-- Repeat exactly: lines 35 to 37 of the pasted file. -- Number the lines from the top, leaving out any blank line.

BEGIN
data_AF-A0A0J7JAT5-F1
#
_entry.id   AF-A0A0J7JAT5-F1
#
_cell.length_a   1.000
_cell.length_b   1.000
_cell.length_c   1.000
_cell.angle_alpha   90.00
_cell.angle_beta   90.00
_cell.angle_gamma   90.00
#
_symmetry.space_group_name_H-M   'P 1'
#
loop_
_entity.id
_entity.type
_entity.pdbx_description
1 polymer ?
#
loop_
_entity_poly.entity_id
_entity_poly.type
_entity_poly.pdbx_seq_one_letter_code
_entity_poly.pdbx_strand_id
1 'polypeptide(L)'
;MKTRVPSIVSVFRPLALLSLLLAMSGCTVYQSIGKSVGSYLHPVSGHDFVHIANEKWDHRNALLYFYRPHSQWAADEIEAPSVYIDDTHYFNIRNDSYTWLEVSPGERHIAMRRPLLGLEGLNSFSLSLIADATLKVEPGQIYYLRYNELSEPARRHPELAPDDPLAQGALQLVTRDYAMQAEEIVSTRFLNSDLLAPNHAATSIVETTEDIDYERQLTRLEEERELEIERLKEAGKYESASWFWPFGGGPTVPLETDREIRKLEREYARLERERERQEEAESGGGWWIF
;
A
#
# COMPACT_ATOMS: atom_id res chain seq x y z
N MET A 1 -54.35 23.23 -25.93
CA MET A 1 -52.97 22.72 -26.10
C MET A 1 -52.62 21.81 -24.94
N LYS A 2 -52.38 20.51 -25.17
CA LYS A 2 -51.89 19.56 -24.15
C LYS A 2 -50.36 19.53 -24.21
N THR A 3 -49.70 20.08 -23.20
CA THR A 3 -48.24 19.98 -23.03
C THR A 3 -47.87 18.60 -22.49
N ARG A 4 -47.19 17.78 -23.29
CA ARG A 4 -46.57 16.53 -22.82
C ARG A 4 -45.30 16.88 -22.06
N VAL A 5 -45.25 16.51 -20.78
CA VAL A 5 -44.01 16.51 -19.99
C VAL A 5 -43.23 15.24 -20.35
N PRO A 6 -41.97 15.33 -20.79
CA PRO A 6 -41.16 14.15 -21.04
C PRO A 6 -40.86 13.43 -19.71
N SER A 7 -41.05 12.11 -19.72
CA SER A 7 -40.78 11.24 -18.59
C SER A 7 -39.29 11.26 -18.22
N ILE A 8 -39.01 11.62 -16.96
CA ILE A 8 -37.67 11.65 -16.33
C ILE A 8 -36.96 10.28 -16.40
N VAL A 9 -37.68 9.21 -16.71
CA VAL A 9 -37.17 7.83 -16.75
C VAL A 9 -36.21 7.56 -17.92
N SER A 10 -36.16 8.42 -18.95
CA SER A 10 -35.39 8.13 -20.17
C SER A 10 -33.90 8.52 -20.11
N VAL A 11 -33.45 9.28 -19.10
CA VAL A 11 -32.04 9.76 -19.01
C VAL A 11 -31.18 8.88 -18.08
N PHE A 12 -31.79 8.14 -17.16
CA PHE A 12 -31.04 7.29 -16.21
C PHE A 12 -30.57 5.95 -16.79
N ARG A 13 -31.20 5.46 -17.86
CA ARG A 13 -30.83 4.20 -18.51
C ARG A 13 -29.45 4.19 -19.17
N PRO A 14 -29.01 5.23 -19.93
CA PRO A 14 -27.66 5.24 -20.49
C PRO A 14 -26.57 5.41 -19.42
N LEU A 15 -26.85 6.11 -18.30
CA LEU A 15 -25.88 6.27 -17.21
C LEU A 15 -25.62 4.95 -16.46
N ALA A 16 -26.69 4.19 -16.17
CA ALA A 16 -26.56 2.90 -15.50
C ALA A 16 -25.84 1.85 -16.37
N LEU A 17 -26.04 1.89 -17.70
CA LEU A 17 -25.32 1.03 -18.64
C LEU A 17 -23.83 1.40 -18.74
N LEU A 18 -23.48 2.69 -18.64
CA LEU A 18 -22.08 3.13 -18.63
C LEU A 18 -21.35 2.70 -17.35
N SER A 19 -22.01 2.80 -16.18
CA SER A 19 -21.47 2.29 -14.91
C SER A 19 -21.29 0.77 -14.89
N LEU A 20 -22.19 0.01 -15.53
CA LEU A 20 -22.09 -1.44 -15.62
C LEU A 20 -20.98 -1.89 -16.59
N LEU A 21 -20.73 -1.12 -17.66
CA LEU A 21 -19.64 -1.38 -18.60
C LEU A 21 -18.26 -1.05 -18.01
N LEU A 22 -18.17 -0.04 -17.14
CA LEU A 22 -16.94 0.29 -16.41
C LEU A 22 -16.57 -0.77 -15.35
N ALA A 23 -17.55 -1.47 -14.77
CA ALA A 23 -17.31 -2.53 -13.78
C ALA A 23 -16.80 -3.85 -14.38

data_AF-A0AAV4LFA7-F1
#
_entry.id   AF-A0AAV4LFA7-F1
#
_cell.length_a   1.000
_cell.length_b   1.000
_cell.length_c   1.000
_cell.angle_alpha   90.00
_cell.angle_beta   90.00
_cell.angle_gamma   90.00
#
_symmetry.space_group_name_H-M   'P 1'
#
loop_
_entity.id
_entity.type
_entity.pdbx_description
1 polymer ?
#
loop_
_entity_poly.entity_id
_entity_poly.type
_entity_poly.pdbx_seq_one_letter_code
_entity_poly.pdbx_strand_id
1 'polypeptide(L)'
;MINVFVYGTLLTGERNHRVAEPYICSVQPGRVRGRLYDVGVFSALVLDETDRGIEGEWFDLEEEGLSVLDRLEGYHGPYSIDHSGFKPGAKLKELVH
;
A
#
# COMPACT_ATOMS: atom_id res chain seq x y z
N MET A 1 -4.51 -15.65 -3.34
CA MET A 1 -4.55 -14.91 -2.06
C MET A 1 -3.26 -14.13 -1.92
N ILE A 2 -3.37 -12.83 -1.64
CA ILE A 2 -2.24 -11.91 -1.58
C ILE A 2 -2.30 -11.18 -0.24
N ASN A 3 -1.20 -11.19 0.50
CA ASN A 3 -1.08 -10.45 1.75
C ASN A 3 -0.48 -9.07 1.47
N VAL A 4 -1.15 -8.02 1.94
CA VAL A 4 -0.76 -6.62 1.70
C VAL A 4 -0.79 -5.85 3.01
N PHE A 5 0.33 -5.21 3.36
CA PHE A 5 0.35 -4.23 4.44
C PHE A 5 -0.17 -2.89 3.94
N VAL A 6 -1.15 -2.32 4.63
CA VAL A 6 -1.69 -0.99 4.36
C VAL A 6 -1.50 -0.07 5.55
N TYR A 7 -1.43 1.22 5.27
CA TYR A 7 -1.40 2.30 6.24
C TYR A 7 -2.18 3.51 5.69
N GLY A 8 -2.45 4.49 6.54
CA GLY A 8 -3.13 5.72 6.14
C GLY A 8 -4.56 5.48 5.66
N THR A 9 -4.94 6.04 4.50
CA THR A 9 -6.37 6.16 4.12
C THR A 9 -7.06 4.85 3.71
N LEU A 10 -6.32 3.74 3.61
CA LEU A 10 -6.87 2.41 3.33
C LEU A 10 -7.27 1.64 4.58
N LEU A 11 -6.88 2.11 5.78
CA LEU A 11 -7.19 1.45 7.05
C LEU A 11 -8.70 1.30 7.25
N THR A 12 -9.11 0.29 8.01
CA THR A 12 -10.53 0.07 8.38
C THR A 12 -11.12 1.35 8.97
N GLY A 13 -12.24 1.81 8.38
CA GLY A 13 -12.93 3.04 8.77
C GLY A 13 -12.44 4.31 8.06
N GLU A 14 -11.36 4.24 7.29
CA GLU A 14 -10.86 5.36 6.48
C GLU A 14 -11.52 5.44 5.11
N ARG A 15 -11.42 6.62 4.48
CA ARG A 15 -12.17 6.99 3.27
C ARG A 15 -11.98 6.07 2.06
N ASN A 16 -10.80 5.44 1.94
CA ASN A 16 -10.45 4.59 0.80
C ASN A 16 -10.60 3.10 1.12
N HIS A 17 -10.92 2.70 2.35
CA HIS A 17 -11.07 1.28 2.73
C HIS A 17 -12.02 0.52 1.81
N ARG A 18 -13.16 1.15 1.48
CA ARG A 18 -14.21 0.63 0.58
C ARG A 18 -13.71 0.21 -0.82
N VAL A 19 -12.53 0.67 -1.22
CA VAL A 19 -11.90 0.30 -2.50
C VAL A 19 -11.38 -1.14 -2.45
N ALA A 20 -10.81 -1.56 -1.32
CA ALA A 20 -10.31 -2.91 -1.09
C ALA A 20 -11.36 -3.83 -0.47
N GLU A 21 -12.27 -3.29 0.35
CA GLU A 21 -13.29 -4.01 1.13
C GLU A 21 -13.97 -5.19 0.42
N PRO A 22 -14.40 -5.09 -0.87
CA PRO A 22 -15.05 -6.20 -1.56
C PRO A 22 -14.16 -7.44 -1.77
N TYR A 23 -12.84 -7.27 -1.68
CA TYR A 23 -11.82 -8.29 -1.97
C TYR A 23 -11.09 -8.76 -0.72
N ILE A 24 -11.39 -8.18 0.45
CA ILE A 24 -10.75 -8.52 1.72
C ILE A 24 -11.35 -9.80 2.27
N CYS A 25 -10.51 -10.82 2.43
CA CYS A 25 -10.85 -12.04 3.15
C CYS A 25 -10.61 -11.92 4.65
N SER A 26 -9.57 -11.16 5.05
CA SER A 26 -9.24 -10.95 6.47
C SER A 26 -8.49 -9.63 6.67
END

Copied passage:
CA LYS A 2 -51.89 19.56 -24.15
C LYS A 2 -50.36 19.53 -24.21
N THR A 3 -49.70 20.08 -23.20